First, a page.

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December 27, 1999
Government spirits look up, finally
Amberish K Diwanji in New Delhi
The hijacking nightmare has crossed 72 hours, entering Day 4. But for the first time in the ongoing crisis, the government is gaining confidence that the crisis will be resolved in its favour. And though government officials are chary of putting forth a timeframe, there is quiet confidence that over the next 24 hours, the breakthrough should come about.
The confidence stems from many quarters. But clearly the most important is the fact that the Taleban regime in Afghanistan has begun to get tough with the hijackers, and seems to be finally throwing in its lot with India.
The Taleban's chief, Mullah Omar Abdullah has categorically warned the hijackers not to harm any passenger on board the aircraft. The Taleban authorities have further warned the hijackers that they would not hesitate to storm the plane should any passenger be harmed. In New York, the Taleban representative at the United Nations told rediff.com that the Taleban was considering a rescue operation.
"The Taleban has now shown that they have no intention of risking the world's condemnation and will do nothing to make life easier for the hijackers. So the greatest advantage of the hijackers, that of being in Afghanistan and in a friendly environment, is slowly but surely wearing out," said sources in the government.
The sources believe that it was the increasing international pressure, especially from Japan and other Western countries which have begun to criticise the hijacking, that is forcing the Taleban to get tough with the hijackers. The Western countries were slow to respond because of the long Christmas weekend that saw many governments shut down.
Over the last few months, the Taleban regime has been desperately trying to gain recognition from the international community. The sources believe that the Taleban will not allow any action by the hijackers to jeopardise this effort.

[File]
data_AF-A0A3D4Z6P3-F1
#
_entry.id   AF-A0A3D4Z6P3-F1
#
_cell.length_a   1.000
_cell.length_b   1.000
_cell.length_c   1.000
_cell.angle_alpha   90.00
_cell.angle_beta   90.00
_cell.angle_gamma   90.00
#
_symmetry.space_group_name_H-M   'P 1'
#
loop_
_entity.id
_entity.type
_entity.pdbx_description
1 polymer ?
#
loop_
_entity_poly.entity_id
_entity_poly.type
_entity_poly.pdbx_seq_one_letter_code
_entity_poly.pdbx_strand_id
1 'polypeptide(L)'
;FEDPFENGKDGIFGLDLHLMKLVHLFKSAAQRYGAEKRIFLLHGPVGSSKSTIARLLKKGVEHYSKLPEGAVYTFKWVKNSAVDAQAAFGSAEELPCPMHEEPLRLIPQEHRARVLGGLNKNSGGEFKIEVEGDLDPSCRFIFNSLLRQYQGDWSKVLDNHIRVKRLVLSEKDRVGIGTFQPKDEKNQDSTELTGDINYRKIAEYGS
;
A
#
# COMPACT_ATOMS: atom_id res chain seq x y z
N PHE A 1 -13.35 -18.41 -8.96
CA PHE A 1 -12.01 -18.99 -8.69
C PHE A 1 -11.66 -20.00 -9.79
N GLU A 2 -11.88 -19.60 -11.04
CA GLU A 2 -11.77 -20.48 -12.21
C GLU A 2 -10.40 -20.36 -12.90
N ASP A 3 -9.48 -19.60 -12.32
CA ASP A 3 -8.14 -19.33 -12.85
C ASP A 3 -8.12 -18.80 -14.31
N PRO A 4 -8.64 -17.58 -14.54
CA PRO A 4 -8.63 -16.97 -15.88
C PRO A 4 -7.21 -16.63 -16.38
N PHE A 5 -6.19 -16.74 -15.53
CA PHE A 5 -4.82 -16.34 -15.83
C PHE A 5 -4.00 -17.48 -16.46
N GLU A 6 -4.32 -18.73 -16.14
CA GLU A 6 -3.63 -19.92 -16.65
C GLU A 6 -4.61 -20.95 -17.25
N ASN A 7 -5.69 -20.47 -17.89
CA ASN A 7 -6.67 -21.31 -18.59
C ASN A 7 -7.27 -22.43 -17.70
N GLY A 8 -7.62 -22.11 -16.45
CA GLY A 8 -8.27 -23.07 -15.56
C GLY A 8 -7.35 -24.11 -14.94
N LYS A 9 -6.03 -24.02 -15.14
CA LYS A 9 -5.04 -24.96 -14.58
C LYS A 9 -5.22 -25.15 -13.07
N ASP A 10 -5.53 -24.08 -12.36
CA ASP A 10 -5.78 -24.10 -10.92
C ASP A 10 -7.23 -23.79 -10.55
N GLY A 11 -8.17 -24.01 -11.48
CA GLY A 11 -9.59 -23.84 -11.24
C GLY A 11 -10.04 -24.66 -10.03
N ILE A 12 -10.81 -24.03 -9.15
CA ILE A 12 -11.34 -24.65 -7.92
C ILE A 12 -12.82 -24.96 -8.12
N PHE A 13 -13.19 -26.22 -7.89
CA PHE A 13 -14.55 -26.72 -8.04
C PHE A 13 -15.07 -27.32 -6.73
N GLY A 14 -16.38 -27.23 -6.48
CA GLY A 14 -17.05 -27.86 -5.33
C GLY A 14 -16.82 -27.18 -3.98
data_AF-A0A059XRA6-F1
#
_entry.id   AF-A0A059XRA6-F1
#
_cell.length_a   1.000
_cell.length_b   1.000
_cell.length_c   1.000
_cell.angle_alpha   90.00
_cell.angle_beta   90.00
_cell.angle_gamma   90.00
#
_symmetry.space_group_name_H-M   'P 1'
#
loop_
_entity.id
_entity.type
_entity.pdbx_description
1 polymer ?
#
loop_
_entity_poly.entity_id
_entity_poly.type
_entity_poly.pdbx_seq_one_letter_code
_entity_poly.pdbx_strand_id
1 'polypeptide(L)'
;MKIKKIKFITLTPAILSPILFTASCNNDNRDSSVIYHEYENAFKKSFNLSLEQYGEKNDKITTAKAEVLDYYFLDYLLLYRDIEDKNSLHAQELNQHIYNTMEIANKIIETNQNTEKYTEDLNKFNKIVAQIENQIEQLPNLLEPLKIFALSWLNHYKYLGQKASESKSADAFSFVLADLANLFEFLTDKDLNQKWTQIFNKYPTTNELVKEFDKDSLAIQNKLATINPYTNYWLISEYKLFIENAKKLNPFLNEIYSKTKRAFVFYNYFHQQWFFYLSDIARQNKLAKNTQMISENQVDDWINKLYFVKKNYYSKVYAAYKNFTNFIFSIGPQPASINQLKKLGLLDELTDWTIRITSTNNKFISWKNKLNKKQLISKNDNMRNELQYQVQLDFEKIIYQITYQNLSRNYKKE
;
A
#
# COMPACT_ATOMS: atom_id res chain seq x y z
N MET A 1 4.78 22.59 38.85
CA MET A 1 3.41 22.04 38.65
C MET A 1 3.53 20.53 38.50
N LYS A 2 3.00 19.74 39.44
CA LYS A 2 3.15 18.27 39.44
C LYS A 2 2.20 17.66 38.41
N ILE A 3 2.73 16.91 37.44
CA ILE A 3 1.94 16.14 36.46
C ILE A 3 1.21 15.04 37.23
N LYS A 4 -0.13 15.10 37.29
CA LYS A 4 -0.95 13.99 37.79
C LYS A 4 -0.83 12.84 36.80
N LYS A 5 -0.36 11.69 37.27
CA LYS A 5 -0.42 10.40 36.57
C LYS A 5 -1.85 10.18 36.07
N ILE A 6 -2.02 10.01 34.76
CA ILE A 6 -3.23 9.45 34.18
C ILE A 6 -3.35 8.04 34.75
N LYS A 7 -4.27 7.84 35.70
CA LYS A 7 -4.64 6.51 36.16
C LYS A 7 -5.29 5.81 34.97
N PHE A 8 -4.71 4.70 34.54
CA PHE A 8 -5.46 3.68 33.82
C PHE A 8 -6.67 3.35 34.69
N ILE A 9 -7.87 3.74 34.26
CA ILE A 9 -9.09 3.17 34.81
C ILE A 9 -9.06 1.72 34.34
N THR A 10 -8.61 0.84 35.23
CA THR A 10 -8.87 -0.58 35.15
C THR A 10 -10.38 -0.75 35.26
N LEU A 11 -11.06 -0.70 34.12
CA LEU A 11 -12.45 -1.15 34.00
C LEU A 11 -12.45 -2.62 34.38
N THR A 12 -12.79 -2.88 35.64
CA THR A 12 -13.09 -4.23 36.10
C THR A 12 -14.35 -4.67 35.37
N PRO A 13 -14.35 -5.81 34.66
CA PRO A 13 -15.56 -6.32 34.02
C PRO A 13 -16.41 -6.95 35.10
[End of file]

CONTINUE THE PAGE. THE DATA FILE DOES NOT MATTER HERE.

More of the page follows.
Second is the fact that the Indian government has successfully called the hijackers' bluff by refusing to free Masood Azhar (the hijackers' primary demand). Prime Minister A B Vajpayee was categorical that while India would do everything for the passengers' safety, national interest could not be compromised. He even told this to the relatives of the passengers despite their entreaties to free Masood Azhar. The opposition parties have also endorsed the government's stand.
What is worse from the hijackers' point of view is that the Indian negotiating team reached Kandahar much beyond the deadline set by the hijackers, forcing the latter to first extend the deadline by three hours and then to whatever time the Indian team arrived in Kandahar.
"This is a game of nerves," said the sources. "These are deliberately taken steps to gain the maximum advantage, so that when we start talking, it is we who will hold the aces. So far all of them were held by the hijackers, but now some are coming our way," the sources said.
Third is the purely physical. It is anyone's guess that everyone must be exhausted after three days of vigil and stress, but none more so than the hijackers. The hijackers, constantly on edge, must be keener than anyone else to get over with the incident, wanting to start and end the negotiations as soon as possible. Especially now since the possibility of the aircraft being stormed gets higher with every passing hour.
While the Indian negotiators are fresh and keyed up, the hijackers are tired and exhausted. Worse, they will now be extremely chary of carrying out their main weapon: the threat to kill a hostage for fear of upsetting the Taleban authorities in Kandahar and Afghanistan.
"These hijackers do not appear to be suicidal. They must surely be wanting to disappear once the hijacking is over and the best place for them is Afghanistan. Hence they are unlikely to do anything that will upset the Taleban. The Taleban in turn is worried about the international repercussions and will do nothing that will be seen to help the hijackers. Thus, in such a situation, we are hopeful of a breakthrough in the next 24 hours," said the sources.
The government is moving in slow and calibrated steps (often to the utter frustration of observers and the relatives of the passengers on board), but with each step forward, its confidence is growing.
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